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Higher Education News from the Collegiate Way

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Eckerd College Studies the Collegiate Way

— At the end of January I had the pleasure of visiting and speaking at Eckerd College in St. Petersburg, Florida, through the kind invitation of Dr. Jim Annarelli, Eckerd’s dean of students, and Mr. Grover Wrenn and Judge Susan Walker of the Eckerd board of trustees. Eckerd is a rising star among American liberal arts colleges, and it recently became one of the youngest institutions in the United States to shelter a chapter of Phi Beta Kappa, the nation’s most respected undergraduate honors society. (And there aren’t too many colleges in the United States that have White Ibises grazing on their lawns, either.)

In residential terms, Eckerd is in a position many institutions are in: it has a mix of housing stock, some of it well designed and some not. The particular configuration of the existing buildings presents quite a challenge to the creation of college-sized units of about 400 residents. The most common housing unit on campus is a block with about 100–150 beds. Two or three of these blocks could be combined to form a residential college unit (at a liberal arts college like Eckerd I would call them “Houses” rather than “Colleges”), but many of the blocks are widely spaced and they don’t naturally open toward one another. Intervening parking areas are also a problem.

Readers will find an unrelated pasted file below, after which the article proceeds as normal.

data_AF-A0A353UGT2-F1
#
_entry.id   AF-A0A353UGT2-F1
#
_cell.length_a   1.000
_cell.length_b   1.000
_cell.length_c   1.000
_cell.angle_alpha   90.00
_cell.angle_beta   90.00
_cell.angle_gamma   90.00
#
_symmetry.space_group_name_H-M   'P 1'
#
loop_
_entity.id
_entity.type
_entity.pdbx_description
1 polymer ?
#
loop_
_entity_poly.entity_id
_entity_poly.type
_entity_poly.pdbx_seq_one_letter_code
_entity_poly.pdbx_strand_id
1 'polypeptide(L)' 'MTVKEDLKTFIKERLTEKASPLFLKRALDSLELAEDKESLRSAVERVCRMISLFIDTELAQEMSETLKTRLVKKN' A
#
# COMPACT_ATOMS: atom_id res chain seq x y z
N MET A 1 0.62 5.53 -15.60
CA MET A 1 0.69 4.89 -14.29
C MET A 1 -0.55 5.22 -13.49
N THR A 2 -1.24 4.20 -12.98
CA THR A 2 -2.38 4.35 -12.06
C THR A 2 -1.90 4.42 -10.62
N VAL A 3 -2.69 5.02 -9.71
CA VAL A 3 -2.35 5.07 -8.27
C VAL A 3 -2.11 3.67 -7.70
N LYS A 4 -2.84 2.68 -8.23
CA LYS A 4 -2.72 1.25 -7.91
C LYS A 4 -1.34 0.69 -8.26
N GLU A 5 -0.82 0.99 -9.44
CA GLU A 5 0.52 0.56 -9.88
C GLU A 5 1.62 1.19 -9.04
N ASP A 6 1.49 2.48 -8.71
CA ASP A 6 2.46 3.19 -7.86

Eckerd is working on its comprehensive campus plan, however, and over time a number of the existing roads and parking areas will be moved or eliminated. Fundamental to the collegiate model is the idea of membership rather than residence, so there are ways to finesse the existing housing arrangements that would allow them to support residential college structures, with substantive improvements to the facilities following along later as general campus construction and renovation proceeds.

I’m grateful to Dr. Annarelli, Mr. Wrenn, and Judge Walker for their kind hospitality during my visit, and I look forward to hearing more from them as Eckerd continues the important work it is doing to enrich its educational environment.

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